The left prefers mediocrity. It informs nearly everything they stand for and the policies they pursue. Remember a few years ago, when Barack Obama discussed regulating the economy in such a way as to eliminate cyclical performance? He didn’t suggest that we break the cycle of boom and bust and instead implement policies to provide for a permanent boom. He suggested we regulate the economy to ensure flat-line mediocre performance.
Nihilism? Pessimism? Surely some “ism” exists that in part explains it. Not fully though. To get to the core of why the left subscribes to mediocrity, it’s necessary to realize one singular truth. The left aims for low expectations and they are comfortable with the resultant poor results, especially among themselves.
“It’s not heaven, but it could be worse.” In a recent exchange, this is how an Obama supporter described the last 73 months to me. This is the benchmark for success, that the promised utopia never transpired but not to worry, things could be worse? It would make for one heck of a campaign bumper sticker for whichever Democrat gets to run as Obama’s third term next year. “Vote for Hillary – it could be worse”, or “Elzabeth Warren – it isn’t going to get better but she won’t let it get worse”.
“It’s not heaven, but it could be worse.” This is the kind of thing the guy who just T-boned a Buick says when he realizes his windshield wipers still work even though the front of his car is smashed beyond recognition. Or the guy who falls down a flight of stairs and realizes he didn’t miss a belt loop when he got dressed twenty minutes before.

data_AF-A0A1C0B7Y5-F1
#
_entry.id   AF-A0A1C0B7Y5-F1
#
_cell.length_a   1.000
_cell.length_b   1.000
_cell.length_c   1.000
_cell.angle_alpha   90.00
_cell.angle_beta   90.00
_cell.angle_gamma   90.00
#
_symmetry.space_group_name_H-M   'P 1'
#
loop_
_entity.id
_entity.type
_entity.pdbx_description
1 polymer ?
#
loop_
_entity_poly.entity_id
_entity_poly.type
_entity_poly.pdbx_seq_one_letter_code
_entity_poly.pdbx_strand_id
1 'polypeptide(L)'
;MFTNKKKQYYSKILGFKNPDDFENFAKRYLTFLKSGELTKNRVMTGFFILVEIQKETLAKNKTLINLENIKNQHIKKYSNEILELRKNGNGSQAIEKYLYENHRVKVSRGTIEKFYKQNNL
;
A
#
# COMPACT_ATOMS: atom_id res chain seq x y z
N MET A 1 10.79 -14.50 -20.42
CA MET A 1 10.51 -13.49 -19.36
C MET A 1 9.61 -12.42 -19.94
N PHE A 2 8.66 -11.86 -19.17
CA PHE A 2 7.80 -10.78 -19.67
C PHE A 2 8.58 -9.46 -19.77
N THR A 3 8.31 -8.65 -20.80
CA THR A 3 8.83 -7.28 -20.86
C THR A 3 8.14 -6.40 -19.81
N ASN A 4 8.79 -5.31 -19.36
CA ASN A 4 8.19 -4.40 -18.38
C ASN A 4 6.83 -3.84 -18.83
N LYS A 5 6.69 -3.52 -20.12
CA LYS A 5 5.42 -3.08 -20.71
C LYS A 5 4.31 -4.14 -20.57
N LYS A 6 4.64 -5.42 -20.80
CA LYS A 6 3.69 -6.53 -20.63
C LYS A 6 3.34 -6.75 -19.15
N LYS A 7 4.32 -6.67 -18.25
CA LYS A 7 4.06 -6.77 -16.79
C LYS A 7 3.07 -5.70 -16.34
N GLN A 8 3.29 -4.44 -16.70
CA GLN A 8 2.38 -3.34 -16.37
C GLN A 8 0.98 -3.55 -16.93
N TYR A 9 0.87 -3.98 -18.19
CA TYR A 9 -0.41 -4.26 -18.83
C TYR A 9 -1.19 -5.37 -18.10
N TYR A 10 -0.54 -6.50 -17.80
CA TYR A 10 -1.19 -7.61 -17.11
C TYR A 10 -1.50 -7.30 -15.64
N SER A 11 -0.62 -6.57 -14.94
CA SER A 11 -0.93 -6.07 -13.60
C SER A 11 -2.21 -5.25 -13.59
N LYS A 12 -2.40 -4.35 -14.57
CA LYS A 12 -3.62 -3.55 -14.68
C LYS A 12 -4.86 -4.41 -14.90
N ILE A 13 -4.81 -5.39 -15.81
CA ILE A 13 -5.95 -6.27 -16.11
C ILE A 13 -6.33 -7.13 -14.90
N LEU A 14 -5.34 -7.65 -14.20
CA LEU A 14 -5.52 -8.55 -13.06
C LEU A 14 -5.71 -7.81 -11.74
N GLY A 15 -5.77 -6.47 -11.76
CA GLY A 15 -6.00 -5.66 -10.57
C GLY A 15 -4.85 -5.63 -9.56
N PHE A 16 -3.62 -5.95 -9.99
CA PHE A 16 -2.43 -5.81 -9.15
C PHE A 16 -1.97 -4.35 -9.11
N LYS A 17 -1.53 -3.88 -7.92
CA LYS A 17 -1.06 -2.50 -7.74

Nothing in that statement speaks of success. It doesn’t even suggest accomplishment. At face value, it appears light-years away from the halcyon days of Obama the candidate and Obama the untarnished President. The lofty exhortations to Obama’s greatness remain as intriguing now as they were then, for they hint at leftist acceptance of low expectations.
Just after the election in 2008, I followed an ardent Obama supporter on social media. After hearing all the stories about people fainting in the aisles when he spoke, and being completely unimpressed by him myself, I wanted to learn what it was I seemed to be missing. Her posts were long on woe, typically constructed around a “things are bad and I hope they get better” mantra. No matter what she was posting about any given day, her picture always featured her crying. In tears. Always. I’ve never seen someone cry as much as she seemed to.
There was Julio Osequeda. He was the young man in Florida who gasped out praise for Barack Obama with the memorable “thank you precious God for taking time out of your day”, which preceded his request that the President make his McDonald’s job a head of household position. This was around the same time a woman asked Obama for a kitchen and a bathroom. Both are reminiscent of Peggy Joseph who proudly told a reporter than if Obama was elected “I won’t have to worry about putting gas in my car, I won’t have to worry about paying my mortgage.”